Saturday, July 14, 2007

Greedy Ducks

Ducks are greedy.

They just are.

Remember feeding them stale bread at the park or pond when you were a kid and watching them squabble over every morsel? Yes, greedy.

Since my Blogger name is "Ducks" I can admit to being just that-- a greedy duck.

I troll every once in a while through perfumery blogs. It started with an interest in the fragrances themselves but, as with everything I look at, the interest transformed itself into something more social. The language people use when they describe scents (which are themselves metaphors... more in a moment on this), when they describe the luxuries they crave and marry their self-concepts to, when they converse in a flashy, online fashionista civility that many of them may not inhabit in their day-to-day lives.

Moreover, the culture of "I want this! It will transform me!" that exists in fashion reviews. And there is something richer to the perfume fashionistas' dialogue (in my opinion) than in that of other fashion addicts (handbags, shoes, etc.) because of two factors:

1) Socially, a perfume is thought to be a part of oneself, expressive of the very essence of a person, rather than a trapping for the exterior. It is a cosmetic for the soul.

2) There is a depth of knowledge and a premium on the sensorium that is only matched in the evaluation of other luxury consumables, such as wine or caviar. The perfumers are "noses," and we develop a "taste" for certain fragrance notes.

Still, as in other fashion movements, if someone likes a given element in composition (or in some shallower cases, a fashion house), they will collect that item greedily. "This oudh," or "the newest amber fragrance," will call to them and they "must" have it.

I think most people have one or two bottles of fragrance, which they replace when it runs out or becomes intolerably rancid. These people have twenty, fifty, seventy, more. And they do not toss it out-- because they store it out of dangerous light and warmth, and they conserve it so that they have the "old version" when it is revised. This is not just snob appeal; it is also connossieurship. And they budget for it... they will live on ramen to buy a full bottle of something that they adore the sample of.

I have to confess, I am not one of these folks. I'm an intermediate creature, with three or four fragrances... and LOTS of samples (although I am aware this might be how it starts). I love to smell things, to change my scent "outfit" with my moods, to see what the twitter is all about.

Anyhoo. I happened upon an offer to celebrate Andy Tauer's two years as a blogger, in which he is giving away samples of his latest unreleased creation. He is a very renowned independent Swiss perfumer with a taste for scent notes I love, although I have not smelled any of his perfumes (they sound too floral and romantic for me, but as I am learning to like florals on my skin, we shall see) and seems to be a buoyant soul in the online world.

I jumped on it. I shall have one of 70 samples he is giving away.

I feel a bit like an intruder -- half excited, half guilty. Greedy Ducks.

This isn't even fully my world, and I loathe shopping and (traditionally) all things fashionable. But it sounds delicious and I am very curious, and pretty delighted to have the opportunity to smell this avant-garde secret before the official release.

I will tell you how it is when it arrives.

About fragrances being metaphors... perfumes are crafted to capture different scents. The smell of jasmine is composed of several chemical elements (including the infamous indole, which smells fecal as all get out on its own, but when combined with others... gorgeous jasmine.) The smell of gardenia is an artificially composed approximate, because it does not extract well through any traditional means. The smell of musk is a fake -- because moral outrage and dwindling animal populations have made the real stuff prohibitive.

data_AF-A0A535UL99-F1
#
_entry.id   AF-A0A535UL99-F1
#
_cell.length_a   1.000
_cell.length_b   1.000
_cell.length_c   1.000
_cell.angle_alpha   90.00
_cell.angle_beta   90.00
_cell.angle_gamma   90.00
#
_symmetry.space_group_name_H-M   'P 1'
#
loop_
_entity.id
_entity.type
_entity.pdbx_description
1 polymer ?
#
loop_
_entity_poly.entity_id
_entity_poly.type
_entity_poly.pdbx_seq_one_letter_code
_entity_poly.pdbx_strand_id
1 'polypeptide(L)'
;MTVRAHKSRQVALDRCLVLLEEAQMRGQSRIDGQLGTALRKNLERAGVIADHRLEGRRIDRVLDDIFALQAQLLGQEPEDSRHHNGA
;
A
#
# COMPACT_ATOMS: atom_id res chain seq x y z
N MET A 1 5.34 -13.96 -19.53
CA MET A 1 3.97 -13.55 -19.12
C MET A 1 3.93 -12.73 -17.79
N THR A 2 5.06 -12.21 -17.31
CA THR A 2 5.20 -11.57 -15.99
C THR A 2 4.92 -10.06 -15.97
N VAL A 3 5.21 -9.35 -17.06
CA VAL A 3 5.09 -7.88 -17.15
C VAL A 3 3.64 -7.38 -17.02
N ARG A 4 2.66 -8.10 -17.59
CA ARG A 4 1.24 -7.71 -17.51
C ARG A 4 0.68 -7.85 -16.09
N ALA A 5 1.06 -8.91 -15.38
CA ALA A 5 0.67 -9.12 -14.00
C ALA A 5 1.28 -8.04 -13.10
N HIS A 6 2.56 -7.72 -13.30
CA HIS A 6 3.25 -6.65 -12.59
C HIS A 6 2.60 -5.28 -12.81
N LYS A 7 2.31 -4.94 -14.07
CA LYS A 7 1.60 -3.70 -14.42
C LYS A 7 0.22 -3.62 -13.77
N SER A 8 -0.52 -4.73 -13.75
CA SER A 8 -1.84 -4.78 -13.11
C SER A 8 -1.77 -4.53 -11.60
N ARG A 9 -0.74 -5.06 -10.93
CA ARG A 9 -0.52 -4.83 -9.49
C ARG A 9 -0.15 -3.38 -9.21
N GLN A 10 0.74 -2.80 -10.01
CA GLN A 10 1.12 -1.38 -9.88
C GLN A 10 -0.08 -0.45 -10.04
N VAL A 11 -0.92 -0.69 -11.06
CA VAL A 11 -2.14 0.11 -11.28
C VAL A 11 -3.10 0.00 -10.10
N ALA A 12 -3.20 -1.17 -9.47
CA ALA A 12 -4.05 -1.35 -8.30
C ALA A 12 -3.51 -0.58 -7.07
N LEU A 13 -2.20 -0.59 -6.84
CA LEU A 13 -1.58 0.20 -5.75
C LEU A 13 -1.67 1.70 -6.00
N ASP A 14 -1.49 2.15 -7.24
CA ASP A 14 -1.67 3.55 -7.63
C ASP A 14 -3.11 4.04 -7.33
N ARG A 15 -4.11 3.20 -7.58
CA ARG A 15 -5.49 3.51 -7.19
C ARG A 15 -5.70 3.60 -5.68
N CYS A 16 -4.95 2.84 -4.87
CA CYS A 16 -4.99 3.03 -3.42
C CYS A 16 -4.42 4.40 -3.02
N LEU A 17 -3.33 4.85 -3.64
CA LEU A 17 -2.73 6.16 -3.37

So we trick our noses with many dissimilar and partial chemical fragrances, added up to become something resemblent of something that evokes our memories, our emotions, our pleasure. (Think about your senses for a minute: what you smell --like the smell of gardenia-- is something your brain is composing of chemical signals in combination --or olfactory phantoms as in the case of the smell of burning cigarettes that still haunts me for most of the day. What you see is a series of still images processed in such a way that you think you can see movement. And things like color, which we traditionally think of as empirical, are culturally determined: one man's blue may be another man's black. Or even more radically, in the case of the colorblind, the brain itself can choose some categories: one man's red may be another man's gray.)

Then, the resultant odor of "raspberries" or "gardenia" or "musk" is mingled with one or two other scents to become an accord. An accord is a mixture in which the notes are present but intermingled together to transform into (supposedly) a single harmonious note.

Fragrance notes and accords are mixed to form perfumes. In these perfumes, there are top notes (the bright ephemeral aromas that catch your attention at first, then fade as your nose stuns or they evaporate), heart or middle notes (which you smell during the first half hour to two hours or so in which you are wearing the fragrance), and base notes (or dry down) -- the deep ones that linger in your skin hours and hours later.

So there are several features to a perfume: the "single" notes themselves may be composed; the accords are certainly blended compositions; the evolution of a perfume over time on the skin is also composed of the foregoing.

And all of it is a trick of how your neural cells interpret a whiff of chemical. Metaphor. Alchemy. Wizardry.

No comments: